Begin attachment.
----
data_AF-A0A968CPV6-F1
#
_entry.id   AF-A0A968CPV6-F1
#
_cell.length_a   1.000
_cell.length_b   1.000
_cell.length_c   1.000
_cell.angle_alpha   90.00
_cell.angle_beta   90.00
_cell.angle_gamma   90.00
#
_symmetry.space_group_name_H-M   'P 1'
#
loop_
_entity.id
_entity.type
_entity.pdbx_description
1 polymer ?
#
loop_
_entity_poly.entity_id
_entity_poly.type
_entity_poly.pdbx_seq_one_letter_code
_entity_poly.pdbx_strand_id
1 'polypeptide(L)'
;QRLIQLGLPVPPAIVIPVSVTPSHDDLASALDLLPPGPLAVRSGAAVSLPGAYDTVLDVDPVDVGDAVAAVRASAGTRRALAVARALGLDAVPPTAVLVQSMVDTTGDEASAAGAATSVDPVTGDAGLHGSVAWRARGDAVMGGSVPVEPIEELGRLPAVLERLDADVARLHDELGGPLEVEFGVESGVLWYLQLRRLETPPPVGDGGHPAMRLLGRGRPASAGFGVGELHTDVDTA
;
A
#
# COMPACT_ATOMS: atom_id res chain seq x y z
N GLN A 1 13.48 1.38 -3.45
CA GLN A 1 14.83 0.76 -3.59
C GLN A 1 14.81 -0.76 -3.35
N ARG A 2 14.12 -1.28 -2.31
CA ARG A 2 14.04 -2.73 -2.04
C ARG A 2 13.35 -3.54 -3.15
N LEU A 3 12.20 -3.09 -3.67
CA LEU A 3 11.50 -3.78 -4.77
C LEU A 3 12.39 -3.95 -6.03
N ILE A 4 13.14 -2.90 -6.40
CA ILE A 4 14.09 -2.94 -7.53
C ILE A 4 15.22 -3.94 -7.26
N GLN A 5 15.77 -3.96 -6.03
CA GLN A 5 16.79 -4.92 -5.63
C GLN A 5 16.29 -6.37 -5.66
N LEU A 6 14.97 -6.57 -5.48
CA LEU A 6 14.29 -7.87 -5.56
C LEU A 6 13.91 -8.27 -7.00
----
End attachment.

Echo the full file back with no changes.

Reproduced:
data_AF-A0A968CPV6-F1
#
_entry.id   AF-A0A968CPV6-F1
#
_cell.length_a   1.000
_cell.length_b   1.000
_cell.length_c   1.000
_cell.angle_alpha   90.00
_cell.angle_beta   90.00
_cell.angle_gamma   90.00
#
_symmetry.space_group_name_H-M   'P 1'
#
loop_
_entity.id
_entity.type
_entity.pdbx_description
1 polymer ?
#
loop_
_entity_poly.entity_id
_entity_poly.type
_entity_poly.pdbx_seq_one_letter_code
_entity_poly.pdbx_strand_id
1 'polypeptide(L)'
;QRLIQLGLPVPPAIVIPVSVTPSHDDLASALDLLPPGPLAVRSGAAVSLPGAYDTVLDVDPVDVGDAVAAVRASAGTRRALAVARALGLDAVPPTAVLVQSMVDTTGDEASAAGAATSVDPVTGDAGLHGSVAWRARGDAVMGGSVPVEPIEELGRLPAVLERLDADVARLHDELGGPLEVEFGVESGVLWYLQLRRLETPPPVGDGGHPAMRLLGRGRPASAGFGVGELHTDVDTA
;
A
#
# COMPACT_ATOMS: atom_id res chain seq x y z
N GLN A 1 13.48 1.38 -3.45
CA GLN A 1 14.83 0.76 -3.59
C GLN A 1 14.81 -0.76 -3.35
N ARG A 2 14.12 -1.28 -2.31
CA ARG A 2 14.04 -2.73 -2.04
C ARG A 2 13.35 -3.54 -3.15
N LEU A 3 12.20 -3.09 -3.67
CA LEU A 3 11.50 -3.78 -4.77
C LEU A 3 12.39 -3.95 -6.03
N ILE A 4 13.14 -2.90 -6.40
CA ILE A 4 14.09 -2.94 -7.53
C ILE A 4 15.22 -3.94 -7.26
N GLN A 5 15.77 -3.96 -6.03
CA GLN A 5 16.79 -4.92 -5.63
C GLN A 5 16.29 -6.37 -5.66
N LEU A 6 14.97 -6.57 -5.48
CA LEU A 6 14.29 -7.87 -5.56
C LEU A 6 13.91 -8.27 -7.00